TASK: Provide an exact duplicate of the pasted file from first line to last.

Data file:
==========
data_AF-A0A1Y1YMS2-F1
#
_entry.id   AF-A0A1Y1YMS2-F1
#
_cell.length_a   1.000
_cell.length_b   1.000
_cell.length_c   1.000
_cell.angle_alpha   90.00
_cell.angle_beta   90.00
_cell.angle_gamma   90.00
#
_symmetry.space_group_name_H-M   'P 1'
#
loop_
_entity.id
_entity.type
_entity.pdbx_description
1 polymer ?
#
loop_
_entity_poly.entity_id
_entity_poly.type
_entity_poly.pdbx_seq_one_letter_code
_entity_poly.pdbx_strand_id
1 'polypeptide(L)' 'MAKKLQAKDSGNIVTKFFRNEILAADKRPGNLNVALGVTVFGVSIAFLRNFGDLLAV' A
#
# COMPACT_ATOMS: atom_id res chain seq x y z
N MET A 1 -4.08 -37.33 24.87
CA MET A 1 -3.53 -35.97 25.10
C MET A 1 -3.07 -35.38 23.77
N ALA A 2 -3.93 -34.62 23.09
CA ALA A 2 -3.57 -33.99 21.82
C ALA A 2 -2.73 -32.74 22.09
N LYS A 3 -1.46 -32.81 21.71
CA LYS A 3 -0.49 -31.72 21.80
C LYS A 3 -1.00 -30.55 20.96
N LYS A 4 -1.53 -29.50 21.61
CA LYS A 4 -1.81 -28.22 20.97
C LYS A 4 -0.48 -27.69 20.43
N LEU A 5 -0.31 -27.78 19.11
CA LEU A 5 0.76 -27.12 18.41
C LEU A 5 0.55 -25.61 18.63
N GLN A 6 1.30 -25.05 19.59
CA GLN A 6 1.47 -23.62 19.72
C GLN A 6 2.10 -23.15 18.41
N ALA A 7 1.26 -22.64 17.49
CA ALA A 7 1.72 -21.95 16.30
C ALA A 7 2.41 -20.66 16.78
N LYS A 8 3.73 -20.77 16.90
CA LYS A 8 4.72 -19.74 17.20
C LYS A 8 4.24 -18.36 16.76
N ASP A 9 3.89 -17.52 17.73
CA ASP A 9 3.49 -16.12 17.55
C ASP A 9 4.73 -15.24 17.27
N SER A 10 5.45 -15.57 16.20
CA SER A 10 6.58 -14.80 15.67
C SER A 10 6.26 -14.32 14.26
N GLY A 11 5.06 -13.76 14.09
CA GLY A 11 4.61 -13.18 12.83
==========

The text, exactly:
data_AF-A0A1Y1YMS2-F1
#
_entry.id   AF-A0A1Y1YMS2-F1
#
_cell.length_a   1.000
_cell.length_b   1.000
_cell.length_c   1.000
_cell.angle_alpha   90.00
_cell.angle_beta   90.00
_cell.angle_gamma   90.00
#
_symmetry.space_group_name_H-M   'P 1'
#
loop_
_entity.id
_entity.type
_entity.pdbx_description
1 polymer ?
#
loop_
_entity_poly.entity_id
_entity_poly.type
_entity_poly.pdbx_seq_one_letter_code
_entity_poly.pdbx_strand_id
1 'polypeptide(L)' 'MAKKLQAKDSGNIVTKFFRNEILAADKRPGNLNVALGVTVFGVSIAFLRNFGDLLAV' A
#
# COMPACT_ATOMS: atom_id res chain seq x y z
N MET A 1 -4.08 -37.33 24.87
CA MET A 1 -3.53 -35.97 25.10
C MET A 1 -3.07 -35.38 23.77
N ALA A 2 -3.93 -34.62 23.09
CA ALA A 2 -3.57 -33.99 21.82
C ALA A 2 -2.73 -32.74 22.09
N LYS A 3 -1.46 -32.81 21.71
CA LYS A 3 -0.49 -31.72 21.80
C LYS A 3 -1.00 -30.55 20.96
N LYS A 4 -1.53 -29.50 21.61
CA LYS A 4 -1.81 -28.22 20.97
C LYS A 4 -0.48 -27.69 20.43
N LEU A 5 -0.31 -27.78 19.11
CA LEU A 5 0.76 -27.12 18.41
C LEU A 5 0.55 -25.61 18.63
N GLN A 6 1.30 -25.05 19.59
CA GLN A 6 1.47 -23.62 19.72
C GLN A 6 2.10 -23.15 18.41
N ALA A 7 1.26 -22.64 17.49
CA ALA A 7 1.72 -21.95 16.30
C ALA A 7 2.41 -20.66 16.78
N LYS A 8 3.73 -20.77 16.90
CA LYS A 8 4.72 -19.74 17.20
C LYS A 8 4.24 -18.36 16.76
N ASP A 9 3.89 -17.52 17.73
CA ASP A 9 3.49 -16.12 17.55
C ASP A 9 4.73 -15.24 17.27
N SER A 10 5.45 -15.57 16.20
CA SER A 10 6.58 -14.80 15.67
C SER A 10 6.26 -14.32 14.26
N GLY A 11 5.06 -13.76 14.09
CA GLY A 11 4.61 -13.18 12.83